Speaking to reporters, on the occasion of granting Wholesale Banking Licences to three international banks, he said that UAE will undergo low single- digit economic growth in year 2009-2010, as a direct consequence of the global economic meltdown, affected by the fall in oil prices and credit crunch.
The governor noted that nation’s real estate price declines were “due to psychological fears.” He said that however, the construction sector which is nation’s largest employer, will not be affected, since the government has no intention to cut-back on infrastructure spending, which will help stimulate growth and business activity.
Al Suwaidi was positive on the tourism sector, which attracts 10.7 million tourists per annum into the country, resulting in more shopping and more airline business.
The Governor said government spending on infrastructure will help the economic growth but declined to say whether or not this spending would be higher or lower than that seen in 2008.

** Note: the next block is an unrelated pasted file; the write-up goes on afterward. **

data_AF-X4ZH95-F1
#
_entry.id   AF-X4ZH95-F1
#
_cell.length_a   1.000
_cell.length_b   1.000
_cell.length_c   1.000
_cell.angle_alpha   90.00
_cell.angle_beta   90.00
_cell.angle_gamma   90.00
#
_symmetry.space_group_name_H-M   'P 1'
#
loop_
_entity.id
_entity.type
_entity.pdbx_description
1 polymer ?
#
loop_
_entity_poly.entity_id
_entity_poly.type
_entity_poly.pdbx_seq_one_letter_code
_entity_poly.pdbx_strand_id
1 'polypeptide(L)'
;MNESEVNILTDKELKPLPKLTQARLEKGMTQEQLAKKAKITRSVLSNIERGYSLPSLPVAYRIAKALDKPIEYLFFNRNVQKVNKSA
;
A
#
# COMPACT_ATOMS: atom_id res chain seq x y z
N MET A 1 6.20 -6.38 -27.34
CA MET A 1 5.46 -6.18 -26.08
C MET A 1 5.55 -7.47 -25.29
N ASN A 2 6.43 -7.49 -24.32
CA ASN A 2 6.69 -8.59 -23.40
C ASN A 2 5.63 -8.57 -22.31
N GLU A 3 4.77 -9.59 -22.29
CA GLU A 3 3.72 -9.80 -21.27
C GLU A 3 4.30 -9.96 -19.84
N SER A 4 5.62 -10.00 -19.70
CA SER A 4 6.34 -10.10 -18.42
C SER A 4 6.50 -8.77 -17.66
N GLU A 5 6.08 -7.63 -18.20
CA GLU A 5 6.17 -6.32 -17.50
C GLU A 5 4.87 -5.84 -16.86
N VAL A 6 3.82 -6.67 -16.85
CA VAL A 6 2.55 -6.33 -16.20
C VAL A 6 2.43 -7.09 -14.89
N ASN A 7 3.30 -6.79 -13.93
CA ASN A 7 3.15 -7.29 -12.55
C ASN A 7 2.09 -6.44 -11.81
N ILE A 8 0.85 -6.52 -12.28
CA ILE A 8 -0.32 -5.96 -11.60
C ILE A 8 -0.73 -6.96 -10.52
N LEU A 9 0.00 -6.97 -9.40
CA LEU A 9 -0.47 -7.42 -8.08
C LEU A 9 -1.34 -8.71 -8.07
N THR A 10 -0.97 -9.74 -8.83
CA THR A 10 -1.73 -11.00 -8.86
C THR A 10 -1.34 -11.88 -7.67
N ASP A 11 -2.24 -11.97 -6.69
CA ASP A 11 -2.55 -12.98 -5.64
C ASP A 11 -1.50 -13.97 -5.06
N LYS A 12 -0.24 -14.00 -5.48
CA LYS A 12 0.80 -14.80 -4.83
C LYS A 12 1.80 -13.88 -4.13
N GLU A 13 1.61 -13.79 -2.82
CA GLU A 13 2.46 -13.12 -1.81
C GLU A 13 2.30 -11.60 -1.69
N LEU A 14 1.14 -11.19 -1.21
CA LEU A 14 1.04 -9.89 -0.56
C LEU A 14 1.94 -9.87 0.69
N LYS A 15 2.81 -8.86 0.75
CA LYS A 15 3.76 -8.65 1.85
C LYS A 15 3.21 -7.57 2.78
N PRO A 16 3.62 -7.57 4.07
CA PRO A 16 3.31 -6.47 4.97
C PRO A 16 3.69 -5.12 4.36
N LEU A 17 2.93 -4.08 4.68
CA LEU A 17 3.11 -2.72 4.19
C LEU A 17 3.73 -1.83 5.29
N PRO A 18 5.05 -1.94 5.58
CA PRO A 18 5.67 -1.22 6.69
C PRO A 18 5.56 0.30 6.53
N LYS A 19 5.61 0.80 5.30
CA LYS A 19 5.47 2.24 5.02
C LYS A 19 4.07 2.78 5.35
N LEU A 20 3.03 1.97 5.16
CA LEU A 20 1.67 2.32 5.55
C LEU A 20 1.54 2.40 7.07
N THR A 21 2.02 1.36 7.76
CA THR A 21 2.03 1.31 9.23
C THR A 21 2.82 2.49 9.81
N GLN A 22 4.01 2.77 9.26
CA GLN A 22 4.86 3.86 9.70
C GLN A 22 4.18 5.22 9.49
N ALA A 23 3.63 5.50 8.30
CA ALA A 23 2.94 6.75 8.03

The governor Central Bank of the UAE said that trade, including re-exports, which is the largest non-oil business in the country will continue to do well as local and regional demand will not be impacted by the crisis and as rents go down so will prices, he added.
On Dubai’s debt issue, he said that there will be a solution to the corporate debt of the emirate, which is maturing in 2009, 2010 and 2011 respectively.
Asked about revising the GDP growth estimates for the year 2008, Al Suwaidi said the global turmoil happened in the fourth quarter of the year, so all the impact will be reflected next year. Al Suwaidi said, “There is no issue of liquidity crunch in the country as it is only the cost of credit that has gone up.”
He said that the performance of the UAE’s economy in the year 2009-10 would not be much different to its peers in the Arabian Gulf region.
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